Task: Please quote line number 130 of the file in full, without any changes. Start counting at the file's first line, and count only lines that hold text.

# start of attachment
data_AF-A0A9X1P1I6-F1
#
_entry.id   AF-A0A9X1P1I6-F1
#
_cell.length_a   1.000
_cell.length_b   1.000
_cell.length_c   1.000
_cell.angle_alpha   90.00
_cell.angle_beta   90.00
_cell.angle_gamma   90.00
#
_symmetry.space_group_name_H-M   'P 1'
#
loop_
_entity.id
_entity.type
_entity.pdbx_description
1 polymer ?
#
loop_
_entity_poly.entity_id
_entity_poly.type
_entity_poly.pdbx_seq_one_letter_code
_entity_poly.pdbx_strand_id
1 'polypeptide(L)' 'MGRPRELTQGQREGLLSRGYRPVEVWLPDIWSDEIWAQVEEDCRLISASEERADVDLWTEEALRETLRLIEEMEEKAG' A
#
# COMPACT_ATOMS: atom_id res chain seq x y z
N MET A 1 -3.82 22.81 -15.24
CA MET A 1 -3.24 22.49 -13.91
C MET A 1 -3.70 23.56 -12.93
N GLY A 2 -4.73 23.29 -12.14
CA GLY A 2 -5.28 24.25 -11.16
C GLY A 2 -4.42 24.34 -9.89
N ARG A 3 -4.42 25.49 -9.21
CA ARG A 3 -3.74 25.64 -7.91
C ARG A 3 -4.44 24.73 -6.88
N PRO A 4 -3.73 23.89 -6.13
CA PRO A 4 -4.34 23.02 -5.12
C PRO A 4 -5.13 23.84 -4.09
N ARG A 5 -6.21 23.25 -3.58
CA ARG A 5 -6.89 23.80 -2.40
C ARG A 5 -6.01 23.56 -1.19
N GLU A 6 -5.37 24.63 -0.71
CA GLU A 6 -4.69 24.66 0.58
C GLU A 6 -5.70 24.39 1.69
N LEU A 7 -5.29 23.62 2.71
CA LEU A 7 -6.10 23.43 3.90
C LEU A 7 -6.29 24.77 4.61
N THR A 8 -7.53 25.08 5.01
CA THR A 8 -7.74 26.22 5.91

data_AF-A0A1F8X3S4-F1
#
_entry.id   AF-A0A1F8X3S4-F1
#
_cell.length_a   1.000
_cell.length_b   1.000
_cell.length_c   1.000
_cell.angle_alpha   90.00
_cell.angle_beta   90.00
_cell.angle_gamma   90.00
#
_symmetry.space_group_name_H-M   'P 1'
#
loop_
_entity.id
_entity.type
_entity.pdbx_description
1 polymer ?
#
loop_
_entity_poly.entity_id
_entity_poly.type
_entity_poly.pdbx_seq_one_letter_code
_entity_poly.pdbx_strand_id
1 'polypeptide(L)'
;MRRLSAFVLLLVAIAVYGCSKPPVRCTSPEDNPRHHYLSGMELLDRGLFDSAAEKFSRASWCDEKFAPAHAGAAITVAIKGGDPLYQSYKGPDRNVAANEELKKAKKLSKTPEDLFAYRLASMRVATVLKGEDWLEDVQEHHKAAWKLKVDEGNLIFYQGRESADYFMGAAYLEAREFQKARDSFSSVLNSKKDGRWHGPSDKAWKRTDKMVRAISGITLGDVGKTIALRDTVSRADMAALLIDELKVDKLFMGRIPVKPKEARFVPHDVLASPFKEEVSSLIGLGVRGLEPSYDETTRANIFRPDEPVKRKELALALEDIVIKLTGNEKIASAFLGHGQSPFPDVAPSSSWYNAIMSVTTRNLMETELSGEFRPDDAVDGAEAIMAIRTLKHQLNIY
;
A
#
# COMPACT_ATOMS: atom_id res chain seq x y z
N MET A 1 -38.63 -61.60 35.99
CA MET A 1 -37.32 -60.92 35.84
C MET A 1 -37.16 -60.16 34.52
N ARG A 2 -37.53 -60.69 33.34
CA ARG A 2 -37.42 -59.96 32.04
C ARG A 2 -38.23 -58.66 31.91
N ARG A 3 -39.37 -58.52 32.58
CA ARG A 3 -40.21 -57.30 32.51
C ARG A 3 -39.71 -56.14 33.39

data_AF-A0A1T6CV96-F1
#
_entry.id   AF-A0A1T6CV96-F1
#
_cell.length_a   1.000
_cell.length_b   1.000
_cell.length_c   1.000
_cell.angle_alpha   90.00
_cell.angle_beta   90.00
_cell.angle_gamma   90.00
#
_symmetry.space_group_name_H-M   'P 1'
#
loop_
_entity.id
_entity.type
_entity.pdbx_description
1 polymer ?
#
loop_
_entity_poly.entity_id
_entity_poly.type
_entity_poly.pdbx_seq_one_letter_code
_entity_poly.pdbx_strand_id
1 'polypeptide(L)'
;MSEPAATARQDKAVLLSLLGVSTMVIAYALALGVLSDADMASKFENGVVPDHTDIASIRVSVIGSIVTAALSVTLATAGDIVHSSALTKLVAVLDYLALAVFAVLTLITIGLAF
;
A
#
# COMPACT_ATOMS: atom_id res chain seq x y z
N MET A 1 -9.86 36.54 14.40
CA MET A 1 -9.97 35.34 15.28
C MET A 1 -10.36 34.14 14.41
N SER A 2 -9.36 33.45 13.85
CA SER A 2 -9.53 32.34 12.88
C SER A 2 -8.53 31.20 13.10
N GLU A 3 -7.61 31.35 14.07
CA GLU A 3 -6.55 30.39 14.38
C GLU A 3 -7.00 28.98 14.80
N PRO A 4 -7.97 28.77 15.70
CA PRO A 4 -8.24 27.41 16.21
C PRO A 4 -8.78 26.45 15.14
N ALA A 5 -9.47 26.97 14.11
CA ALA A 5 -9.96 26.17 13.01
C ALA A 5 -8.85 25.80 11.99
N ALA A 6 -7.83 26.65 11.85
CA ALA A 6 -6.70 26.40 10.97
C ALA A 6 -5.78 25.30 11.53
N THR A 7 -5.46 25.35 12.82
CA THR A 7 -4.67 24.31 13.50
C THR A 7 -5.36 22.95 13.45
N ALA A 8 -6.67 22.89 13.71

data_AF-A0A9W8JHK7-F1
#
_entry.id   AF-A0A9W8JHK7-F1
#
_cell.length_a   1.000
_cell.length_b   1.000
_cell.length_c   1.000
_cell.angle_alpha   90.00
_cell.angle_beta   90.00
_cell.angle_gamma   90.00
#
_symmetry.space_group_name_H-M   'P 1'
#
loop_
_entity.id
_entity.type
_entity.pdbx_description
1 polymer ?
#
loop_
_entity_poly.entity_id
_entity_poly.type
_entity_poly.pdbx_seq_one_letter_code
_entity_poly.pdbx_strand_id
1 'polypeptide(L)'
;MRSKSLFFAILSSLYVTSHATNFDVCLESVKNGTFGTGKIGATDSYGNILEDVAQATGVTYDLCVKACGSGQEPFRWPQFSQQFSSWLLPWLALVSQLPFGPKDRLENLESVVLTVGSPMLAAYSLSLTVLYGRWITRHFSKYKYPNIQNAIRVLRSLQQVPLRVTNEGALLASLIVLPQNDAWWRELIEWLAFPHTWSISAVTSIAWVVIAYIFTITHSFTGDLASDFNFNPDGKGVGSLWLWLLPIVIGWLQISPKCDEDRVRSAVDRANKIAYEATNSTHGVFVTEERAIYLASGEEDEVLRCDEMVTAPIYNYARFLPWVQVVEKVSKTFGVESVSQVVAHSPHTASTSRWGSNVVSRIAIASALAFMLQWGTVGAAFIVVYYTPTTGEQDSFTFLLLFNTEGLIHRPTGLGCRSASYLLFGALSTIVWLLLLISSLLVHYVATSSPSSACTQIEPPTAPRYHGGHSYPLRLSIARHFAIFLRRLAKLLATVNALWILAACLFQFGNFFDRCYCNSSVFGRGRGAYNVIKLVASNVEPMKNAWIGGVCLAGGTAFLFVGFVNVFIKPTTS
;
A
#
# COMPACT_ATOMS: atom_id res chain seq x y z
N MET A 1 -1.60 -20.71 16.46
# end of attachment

CA PRO A 4 -8.24 27.41 16.21